Applying for higher education career choices and plans
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Applying for Higher Education Career Choices and Plans. Putting Research Outcomes into Practice (PROP) Conference, Tuesday 12th June 2007 Professor Kate Purcell. THE RESEARCH DESIGN. Initial population census with targeted follow-up of under-represented groups.

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Applying for Higher Education Career Choices and Plans

Putting Research Outcomes into Practice (PROP) Conference,

Tuesday 12th June 2007

Professor Kate Purcell


THE RESEARCH DESIGN

  • Initial population census with targeted follow-up of under-represented groups.

  • Reliance exclusively on web-based data collection.

  • Contact with universities and colleges to maintain contact and ‘rebalancing’.

  • Substantial resources devoted to:

    • retention of sample members;

    • co-ordination across HECSU wider research programme;

    • dissemination of research findings.

  • Longitudinal pilot survey, question testing, consultative approach to identification of priorities at each wave.


  • 2006 UCAS APPLICANTS:POPULATION AND RESPONSE AT WAVE ONE

    SURVEY

    RESPONDENTS

    100,411 (82.4%)

    accepted places in HE

    21,461 (17.6%)

    Not accepted

    427,786

    Invited to participate

    in survey (84.5%)

    122,872

    responded

    (24.1% of all

    applicants

    HE NON-

    PARTICIPANTS

    SHORT SURVEY

    7,591

    respondents

    506,304 UCAS

    applicants

    NON

    RESPONDENTS

    223,198 (73%)

    accepted places in HE

    82,716 (27%)

    not accepted

    305,914

    no response

    (60.4%)

    OTHER

    APPLICANTS

    64,000 (85.7%)

    accepted places in HE

    11,000 (14.3%)

    not accepted

    78,518 ‘late applicants’

    or no email supplied

    not e-mailed invitation

    (15.5%)


    FUTURETRACKWave 1TWO RELATED SURVEYS(..at least..)

    Who got first main scheme place?

    HE ENTRANTS

    Who accepted insurance place?

    Who entered through Clearing?

    (and who changed course within first year?)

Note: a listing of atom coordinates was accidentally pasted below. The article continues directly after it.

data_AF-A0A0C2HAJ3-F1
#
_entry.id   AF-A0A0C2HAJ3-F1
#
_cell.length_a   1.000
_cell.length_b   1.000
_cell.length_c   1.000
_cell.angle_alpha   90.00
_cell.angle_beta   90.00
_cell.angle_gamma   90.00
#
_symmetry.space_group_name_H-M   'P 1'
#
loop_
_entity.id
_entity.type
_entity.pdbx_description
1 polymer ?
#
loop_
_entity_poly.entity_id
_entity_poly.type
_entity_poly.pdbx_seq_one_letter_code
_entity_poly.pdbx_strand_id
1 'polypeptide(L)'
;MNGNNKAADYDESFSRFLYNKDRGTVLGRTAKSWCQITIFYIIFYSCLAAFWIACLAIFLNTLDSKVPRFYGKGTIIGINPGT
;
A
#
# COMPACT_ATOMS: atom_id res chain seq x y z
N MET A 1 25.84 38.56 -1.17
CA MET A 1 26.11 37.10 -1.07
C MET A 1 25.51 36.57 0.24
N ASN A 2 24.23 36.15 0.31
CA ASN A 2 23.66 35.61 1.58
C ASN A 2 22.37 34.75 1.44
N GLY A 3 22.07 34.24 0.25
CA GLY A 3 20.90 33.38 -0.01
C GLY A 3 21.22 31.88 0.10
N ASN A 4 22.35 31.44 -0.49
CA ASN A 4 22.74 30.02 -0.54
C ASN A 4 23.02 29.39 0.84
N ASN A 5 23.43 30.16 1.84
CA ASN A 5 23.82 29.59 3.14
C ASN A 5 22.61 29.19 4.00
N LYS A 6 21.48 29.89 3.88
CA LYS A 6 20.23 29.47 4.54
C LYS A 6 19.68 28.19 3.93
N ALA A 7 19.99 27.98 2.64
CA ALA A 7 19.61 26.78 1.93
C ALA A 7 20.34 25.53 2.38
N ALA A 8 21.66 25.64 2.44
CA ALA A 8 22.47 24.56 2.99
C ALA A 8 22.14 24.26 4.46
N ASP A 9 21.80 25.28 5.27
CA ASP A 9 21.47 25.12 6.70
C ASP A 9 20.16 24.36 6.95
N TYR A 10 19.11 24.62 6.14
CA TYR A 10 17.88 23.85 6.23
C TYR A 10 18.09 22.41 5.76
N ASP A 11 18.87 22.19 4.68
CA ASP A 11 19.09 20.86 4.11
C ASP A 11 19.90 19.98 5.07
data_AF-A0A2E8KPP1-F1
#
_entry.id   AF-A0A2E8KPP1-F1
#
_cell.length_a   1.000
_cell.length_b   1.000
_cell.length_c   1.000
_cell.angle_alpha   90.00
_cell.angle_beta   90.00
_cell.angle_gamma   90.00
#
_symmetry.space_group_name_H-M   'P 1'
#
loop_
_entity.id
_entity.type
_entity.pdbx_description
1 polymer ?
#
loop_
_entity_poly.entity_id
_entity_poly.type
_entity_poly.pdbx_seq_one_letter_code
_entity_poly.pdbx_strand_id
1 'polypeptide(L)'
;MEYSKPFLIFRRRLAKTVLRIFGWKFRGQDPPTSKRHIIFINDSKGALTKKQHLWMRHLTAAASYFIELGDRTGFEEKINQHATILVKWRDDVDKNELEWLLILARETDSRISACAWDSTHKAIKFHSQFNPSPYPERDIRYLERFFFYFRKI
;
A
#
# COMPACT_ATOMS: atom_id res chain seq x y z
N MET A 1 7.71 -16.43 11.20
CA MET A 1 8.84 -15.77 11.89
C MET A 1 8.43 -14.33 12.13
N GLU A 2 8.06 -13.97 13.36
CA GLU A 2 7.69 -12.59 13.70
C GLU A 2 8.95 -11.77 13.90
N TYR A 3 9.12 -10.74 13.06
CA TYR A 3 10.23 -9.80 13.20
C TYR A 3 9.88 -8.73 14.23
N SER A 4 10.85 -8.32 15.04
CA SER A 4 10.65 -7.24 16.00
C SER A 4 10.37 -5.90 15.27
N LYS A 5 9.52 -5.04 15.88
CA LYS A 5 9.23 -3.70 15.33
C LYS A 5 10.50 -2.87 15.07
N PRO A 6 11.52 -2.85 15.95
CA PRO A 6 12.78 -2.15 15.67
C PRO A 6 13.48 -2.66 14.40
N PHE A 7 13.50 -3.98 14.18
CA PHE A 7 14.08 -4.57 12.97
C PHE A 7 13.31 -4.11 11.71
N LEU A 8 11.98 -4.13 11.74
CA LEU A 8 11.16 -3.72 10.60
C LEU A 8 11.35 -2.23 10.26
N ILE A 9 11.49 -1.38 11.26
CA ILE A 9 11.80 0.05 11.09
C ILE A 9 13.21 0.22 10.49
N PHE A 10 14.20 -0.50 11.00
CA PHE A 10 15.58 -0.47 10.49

Who turned down offered place and why?

    NON-ENTRANTS

    Who took a gap year and why?

    Who failed to obtain a place – and what did

    they do next?


    FUTURETRACK Wave 1

    • Full survey response of 121,427

    • Short questionnaire for non-accepted applicants: 7,591 responses

    • Final response 129,118

    • Application data merged with survey responses

    • Telephone follow-up interviews with targeted respondents


    RESPONSE BIAS

    What bias did we expect?

    • Gender (more women than men)

    • Age (younger rather than mature)

    • Ethnicity (lower proportion of Afro-Caribbean)

    • Social background (fewer working class applicants)

    • Entry qualifications (fewer applicants with low entry qualifications)

    • Non-traditional degrees (fewer on Foundation degrees)


    RESPONSE RATE ANALYSIS


    THE KEY STRENGTHS OF THIS INVESTIGATION

    • Large and comprehensive

    • Longitudinal – from HE application to early career development

    • Detailed data – university/college application data, educational history, socio-economic background and other attributes prior to survey responses and targeted follow-ups

    • Opportunities for methodological development and testing

    • Interdisciplinary research team using both quantitative and qualitative research methods

    • Strong support from HE stakeholder community and collaboration to track students – with data-linking where feasible.


    FUTURETRACKWave 1Some indicative findings(Weighted responses, HE participants only)

    NB: Not to be cited without permission of the research team

    ([email protected])


    MAPPING DIVERSITY

    • Different contexts and sources of information of HE applicants

    • Different ‘HE Terrain’ (and VARIETY of HE Terrain) to which they have access

  • STAGE 1: UNPACKING COMPLEXITY


  • WHO GETS HE PLACES? - BY CONTEXT DURING APPLICATION


    ETHNICITY BY SITUATION WHILE APPLYING FOR HE